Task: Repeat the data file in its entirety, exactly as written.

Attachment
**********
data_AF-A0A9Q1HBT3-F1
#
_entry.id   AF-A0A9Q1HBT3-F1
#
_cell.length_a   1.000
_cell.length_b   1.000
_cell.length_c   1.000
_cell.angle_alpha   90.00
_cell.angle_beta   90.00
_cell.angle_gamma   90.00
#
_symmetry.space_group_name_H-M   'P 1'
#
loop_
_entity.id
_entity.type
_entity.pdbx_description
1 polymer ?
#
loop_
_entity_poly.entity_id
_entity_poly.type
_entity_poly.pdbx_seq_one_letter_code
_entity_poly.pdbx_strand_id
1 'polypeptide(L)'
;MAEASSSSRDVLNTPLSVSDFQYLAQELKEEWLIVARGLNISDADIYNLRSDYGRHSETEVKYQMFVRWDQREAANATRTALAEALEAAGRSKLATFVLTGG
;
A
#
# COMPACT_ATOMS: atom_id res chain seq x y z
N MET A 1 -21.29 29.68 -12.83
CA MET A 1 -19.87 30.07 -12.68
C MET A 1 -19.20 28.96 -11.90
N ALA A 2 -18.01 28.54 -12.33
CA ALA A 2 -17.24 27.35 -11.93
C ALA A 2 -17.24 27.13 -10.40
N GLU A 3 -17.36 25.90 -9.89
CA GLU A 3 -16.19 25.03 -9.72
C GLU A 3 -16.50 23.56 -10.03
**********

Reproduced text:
data_AF-A0A9Q1HBT3-F1
#
_entry.id   AF-A0A9Q1HBT3-F1
#
_cell.length_a   1.000
_cell.length_b   1.000
_cell.length_c   1.000
_cell.angle_alpha   90.00
_cell.angle_beta   90.00
_cell.angle_gamma   90.00
#
_symmetry.space_group_name_H-M   'P 1'
#
loop_
_entity.id
_entity.type
_entity.pdbx_description
1 polymer ?
#
loop_
_entity_poly.entity_id
_entity_poly.type
_entity_poly.pdbx_seq_one_letter_code
_entity_poly.pdbx_strand_id
1 'polypeptide(L)'
;MAEASSSSRDVLNTPLSVSDFQYLAQELKEEWLIVARGLNISDADIYNLRSDYGRHSETEVKYQMFVRWDQREAANATRTALAEALEAAGRSKLATFVLTGG
;
A
#
# COMPACT_ATOMS: atom_id res chain seq x y z
N MET A 1 -21.29 29.68 -12.83
CA MET A 1 -19.87 30.07 -12.68
C MET A 1 -19.20 28.96 -11.90
N ALA A 2 -18.01 28.54 -12.33
CA ALA A 2 -17.24 27.35 -11.93
C ALA A 2 -17.24 27.13 -10.40
N GLU A 3 -17.36 25.90 -9.89
CA GLU A 3 -16.19 25.03 -9.72
C GLU A 3 -16.50 23.56 -10.03